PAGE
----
The Socialist

The Socialist 28 February 2018

Workers strike back!

The Socialist issue 984

Corbyn's customs union dividing line: now stand firm for pro-worker Brexit


Save Our Square occupation: "This land is our land!"

Three major West Wales hospitals could close

Corbyn didn't collaborate with Stalinism - but with Trotskyists against it

Stormzy is right to slam Tories for Grenfell

KFC delivery crisis: make the bosses pay, not the workers!


Resist the Tory war on women


Workers strike back!

Lecturers strike around country in defence of pensions

University bosses rocked - strikes can save staff pensions!

Unite victory in EDF meter workers' union recognition fight


Corbynism shows 'Clause IV' still relevant a hundred years on


Socialist Students conference highlights successful work

200 years of Marxism meeting


United States: young people demand change after latest mass shooting


'Anti-austerity' Bristol Labour passes 34 million cuts budget

Newham: teaching workers and parents determined to halt academies

Building fund appeal: Behind the scenes at the Socialist Party office

Mary Jackson: funeral and memorial meeting

Union-led campaign beats Blairite attacks on homeless

Belper hospital threatened

Selling the Socialist in Stoke


What's behind the surge in eating disorders?

The Socialist inbox

Socialist anti-war exhibition opens in Kingston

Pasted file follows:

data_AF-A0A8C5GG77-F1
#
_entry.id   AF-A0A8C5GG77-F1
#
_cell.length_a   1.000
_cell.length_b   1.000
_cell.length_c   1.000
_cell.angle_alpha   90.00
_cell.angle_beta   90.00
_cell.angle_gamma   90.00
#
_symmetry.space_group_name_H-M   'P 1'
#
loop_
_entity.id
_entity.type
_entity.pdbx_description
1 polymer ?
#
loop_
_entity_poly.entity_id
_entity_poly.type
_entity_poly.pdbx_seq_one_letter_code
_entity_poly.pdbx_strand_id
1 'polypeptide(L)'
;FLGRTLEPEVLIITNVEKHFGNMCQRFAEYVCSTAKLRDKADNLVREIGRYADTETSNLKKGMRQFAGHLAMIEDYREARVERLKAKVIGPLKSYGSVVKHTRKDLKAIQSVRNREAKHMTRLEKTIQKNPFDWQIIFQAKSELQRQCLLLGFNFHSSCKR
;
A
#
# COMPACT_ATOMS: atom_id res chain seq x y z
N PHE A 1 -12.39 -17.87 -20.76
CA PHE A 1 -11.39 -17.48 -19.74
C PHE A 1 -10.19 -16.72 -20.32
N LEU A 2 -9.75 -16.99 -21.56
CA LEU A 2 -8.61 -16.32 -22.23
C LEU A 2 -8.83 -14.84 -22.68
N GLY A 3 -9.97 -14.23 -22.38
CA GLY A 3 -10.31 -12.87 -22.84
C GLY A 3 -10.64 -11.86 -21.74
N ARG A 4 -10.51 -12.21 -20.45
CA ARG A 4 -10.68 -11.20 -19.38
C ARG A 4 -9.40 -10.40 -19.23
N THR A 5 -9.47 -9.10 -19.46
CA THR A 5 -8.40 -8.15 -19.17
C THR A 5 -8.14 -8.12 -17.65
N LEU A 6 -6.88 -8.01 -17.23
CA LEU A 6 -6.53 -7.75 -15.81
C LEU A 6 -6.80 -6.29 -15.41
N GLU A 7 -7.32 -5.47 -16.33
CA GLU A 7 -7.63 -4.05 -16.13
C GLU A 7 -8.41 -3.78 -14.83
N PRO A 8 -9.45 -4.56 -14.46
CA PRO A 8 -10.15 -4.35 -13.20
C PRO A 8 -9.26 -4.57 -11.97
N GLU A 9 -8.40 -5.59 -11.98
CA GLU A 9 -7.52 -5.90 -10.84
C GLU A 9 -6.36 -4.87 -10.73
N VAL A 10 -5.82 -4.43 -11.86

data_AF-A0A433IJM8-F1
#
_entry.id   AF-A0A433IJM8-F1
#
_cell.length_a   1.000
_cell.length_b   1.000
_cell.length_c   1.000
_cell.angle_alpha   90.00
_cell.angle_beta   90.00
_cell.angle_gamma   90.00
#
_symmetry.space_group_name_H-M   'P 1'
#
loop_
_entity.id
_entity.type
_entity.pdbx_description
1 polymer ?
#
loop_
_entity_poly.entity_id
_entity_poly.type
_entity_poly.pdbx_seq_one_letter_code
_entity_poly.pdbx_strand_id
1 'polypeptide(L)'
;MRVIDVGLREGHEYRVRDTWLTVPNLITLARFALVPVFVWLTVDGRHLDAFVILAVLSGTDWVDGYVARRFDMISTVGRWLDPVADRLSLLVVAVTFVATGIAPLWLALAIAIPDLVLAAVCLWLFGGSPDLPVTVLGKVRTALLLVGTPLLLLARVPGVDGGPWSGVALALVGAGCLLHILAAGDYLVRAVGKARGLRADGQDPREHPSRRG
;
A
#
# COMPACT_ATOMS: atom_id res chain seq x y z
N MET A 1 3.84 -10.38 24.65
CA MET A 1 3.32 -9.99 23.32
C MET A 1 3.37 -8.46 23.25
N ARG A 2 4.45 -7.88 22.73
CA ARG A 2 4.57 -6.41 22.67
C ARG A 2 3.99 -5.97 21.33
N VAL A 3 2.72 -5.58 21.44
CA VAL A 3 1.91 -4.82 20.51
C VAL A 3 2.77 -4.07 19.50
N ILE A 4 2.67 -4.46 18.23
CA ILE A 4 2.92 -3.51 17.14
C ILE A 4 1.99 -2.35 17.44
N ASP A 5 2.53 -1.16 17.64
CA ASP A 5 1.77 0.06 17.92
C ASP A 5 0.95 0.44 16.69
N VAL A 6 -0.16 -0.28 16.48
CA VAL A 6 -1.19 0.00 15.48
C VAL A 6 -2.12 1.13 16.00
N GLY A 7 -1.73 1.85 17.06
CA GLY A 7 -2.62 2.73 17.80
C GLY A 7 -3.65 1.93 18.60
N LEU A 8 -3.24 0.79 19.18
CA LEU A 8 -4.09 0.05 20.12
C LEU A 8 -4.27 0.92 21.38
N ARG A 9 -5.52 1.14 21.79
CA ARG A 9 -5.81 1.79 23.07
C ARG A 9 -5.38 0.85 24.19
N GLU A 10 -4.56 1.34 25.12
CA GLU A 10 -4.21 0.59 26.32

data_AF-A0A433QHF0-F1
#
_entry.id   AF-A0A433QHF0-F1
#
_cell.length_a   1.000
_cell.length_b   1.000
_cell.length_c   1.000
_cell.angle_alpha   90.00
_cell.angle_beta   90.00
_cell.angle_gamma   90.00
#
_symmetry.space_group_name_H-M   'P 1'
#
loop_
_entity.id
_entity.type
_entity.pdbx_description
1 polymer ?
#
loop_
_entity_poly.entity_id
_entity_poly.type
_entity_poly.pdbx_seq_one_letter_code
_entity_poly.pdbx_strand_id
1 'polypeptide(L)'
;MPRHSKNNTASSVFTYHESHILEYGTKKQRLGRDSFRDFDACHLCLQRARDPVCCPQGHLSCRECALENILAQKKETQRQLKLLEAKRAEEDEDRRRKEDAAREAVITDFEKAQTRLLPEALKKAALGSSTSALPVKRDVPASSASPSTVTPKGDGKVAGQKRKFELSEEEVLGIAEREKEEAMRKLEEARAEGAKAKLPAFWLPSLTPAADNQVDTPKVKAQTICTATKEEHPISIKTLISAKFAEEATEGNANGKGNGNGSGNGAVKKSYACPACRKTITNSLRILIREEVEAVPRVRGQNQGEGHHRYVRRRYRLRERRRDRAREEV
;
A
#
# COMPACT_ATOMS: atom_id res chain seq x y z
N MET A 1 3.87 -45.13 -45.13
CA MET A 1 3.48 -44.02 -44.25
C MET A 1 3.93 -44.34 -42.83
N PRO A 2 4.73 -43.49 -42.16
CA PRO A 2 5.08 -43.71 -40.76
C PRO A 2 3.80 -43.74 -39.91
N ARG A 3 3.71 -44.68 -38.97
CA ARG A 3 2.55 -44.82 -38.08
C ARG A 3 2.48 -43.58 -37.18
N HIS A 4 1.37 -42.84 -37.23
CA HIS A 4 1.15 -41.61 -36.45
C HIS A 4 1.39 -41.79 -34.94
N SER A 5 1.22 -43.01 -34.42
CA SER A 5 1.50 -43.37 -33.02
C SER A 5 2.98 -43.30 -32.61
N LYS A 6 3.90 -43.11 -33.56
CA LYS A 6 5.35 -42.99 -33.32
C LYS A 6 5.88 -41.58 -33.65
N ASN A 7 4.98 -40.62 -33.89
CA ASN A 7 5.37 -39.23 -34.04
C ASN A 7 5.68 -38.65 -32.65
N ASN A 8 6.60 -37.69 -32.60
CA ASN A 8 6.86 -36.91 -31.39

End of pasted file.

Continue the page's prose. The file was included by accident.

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What's behind the surge in eating disorders?

These ads on London Underground were taken down and banned after 60,000 people signed a protest petition online, photo Graham C99/CC

These ads on London Underground were taken down and banned after 60,000 people signed a protest petition online, photo Graham C99/CC   (Click to enlarge)

Iain Dalton, Yorkshire Socialist Party

Many will have been shocked by recent NHS figures showing the doubling over the last six years of hospitalisations due to life-threatening eating disorders.

In 2017-18, the health service made 13,885 hospital admissions with either a primary or secondary diagnosis of eating disorders - up from 7,260 in 2010-11. Beat, an eating disorder charity, reported an increase from 7,000 calls to their helpline last financial year to an expected 17,000 by the end of this March.

The NHS categorises four types of eating disorders:

  • Anorexia nervosa - where people try to consume as little food as possible
  • Bulimia - where people eat a lot of food in a short period of time, and then try to rid themselves of this in a short period of time, via deliberately being sick, using laxatives or over-exercise
  • Binge eating disorder - regularly losing control of eating, consuming large portions until feeling uncomfortably full and then becoming upset or feeling guilty
  • 'Other specified feeding or eating disorder' (OSFED) - conditions that don't quite match the above symptoms but are no less serious

OSFED disorders are the most common, and anorexia the least common. Yet even anorexia admissions have doubled in the last six years for under-19s.

One psychiatrist told the Guardian that "outpatient eating disorder service remains a postcode lottery." This is a reflection of the cutbacks and privatisation of services.

The Guardian also reported on one woman and daughter who had to leave their jobs and relocate from Norfolk to Gloucestershire to access outpatient services!

Eating disorders are complex and don't have simple causes. But in general young women are the most affected - a reflection of the intense objectification of women's bodies in particular.